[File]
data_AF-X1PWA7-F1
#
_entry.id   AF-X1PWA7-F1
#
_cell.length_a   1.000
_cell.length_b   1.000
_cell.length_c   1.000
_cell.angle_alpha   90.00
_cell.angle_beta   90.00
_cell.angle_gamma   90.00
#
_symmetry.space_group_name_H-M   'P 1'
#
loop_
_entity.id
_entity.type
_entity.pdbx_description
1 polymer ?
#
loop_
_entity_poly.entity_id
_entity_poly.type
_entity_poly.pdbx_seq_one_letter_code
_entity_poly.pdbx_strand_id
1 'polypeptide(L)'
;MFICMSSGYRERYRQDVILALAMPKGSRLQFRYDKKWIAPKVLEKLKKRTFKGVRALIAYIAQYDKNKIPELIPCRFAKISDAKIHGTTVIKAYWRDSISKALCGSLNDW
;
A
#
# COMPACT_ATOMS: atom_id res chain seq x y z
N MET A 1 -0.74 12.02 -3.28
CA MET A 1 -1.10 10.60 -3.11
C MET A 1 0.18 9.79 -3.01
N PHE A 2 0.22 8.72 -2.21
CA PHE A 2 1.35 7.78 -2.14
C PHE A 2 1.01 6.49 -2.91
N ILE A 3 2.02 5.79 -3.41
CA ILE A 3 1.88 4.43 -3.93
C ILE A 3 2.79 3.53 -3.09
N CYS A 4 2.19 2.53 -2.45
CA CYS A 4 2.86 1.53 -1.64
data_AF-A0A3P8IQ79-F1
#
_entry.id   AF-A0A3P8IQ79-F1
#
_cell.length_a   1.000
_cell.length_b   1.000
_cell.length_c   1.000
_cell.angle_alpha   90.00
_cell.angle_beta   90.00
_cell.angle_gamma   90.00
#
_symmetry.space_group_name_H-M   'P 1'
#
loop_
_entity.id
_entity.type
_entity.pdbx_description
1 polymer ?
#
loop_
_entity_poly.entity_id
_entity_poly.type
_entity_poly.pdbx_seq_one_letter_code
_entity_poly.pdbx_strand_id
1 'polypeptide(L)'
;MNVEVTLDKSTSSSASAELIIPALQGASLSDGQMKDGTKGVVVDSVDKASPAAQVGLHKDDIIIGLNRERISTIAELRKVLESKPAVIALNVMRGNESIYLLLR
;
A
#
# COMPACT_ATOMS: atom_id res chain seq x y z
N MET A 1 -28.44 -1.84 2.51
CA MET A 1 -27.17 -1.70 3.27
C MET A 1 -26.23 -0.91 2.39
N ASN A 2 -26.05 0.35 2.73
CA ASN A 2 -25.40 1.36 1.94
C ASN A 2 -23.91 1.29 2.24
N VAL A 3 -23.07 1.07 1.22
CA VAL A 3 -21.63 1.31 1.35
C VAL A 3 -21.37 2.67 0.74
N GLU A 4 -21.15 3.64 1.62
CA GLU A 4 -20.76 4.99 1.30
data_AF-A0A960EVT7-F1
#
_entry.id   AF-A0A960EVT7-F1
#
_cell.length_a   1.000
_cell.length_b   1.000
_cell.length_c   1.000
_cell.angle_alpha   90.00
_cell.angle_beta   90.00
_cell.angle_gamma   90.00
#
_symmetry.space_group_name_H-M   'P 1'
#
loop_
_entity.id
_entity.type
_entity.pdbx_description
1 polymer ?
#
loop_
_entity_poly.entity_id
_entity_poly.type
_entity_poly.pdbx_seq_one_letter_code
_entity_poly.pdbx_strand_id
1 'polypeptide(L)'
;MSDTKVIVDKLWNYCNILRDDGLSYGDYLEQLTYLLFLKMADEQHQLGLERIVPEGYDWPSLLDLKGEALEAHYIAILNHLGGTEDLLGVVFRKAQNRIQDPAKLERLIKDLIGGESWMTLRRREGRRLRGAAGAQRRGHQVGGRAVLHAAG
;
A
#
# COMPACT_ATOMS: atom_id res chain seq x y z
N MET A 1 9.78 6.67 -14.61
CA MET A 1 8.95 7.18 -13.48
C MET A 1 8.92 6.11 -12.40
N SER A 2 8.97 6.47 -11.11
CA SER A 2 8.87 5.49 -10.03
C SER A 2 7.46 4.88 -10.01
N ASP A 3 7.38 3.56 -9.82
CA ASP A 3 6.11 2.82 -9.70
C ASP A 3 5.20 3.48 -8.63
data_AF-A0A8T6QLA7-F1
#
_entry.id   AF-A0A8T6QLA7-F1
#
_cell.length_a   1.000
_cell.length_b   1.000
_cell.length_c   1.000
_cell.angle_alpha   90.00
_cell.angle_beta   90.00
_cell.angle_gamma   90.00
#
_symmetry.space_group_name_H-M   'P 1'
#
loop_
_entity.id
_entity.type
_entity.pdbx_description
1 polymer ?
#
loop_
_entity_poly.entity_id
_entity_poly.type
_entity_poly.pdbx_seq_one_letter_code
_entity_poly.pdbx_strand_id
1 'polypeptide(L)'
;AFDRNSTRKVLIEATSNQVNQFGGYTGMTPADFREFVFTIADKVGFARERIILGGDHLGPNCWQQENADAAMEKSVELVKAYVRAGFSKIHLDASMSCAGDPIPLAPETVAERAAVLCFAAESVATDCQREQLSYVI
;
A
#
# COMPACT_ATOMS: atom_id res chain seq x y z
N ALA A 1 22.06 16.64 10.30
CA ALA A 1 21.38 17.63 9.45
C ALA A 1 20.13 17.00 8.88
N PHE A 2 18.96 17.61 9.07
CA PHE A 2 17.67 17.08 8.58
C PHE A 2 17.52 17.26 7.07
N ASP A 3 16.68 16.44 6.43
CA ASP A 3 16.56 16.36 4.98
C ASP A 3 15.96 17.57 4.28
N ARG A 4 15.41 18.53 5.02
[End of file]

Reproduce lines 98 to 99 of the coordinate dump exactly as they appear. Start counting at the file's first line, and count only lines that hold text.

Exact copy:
_entity.type
_entity.pdbx_description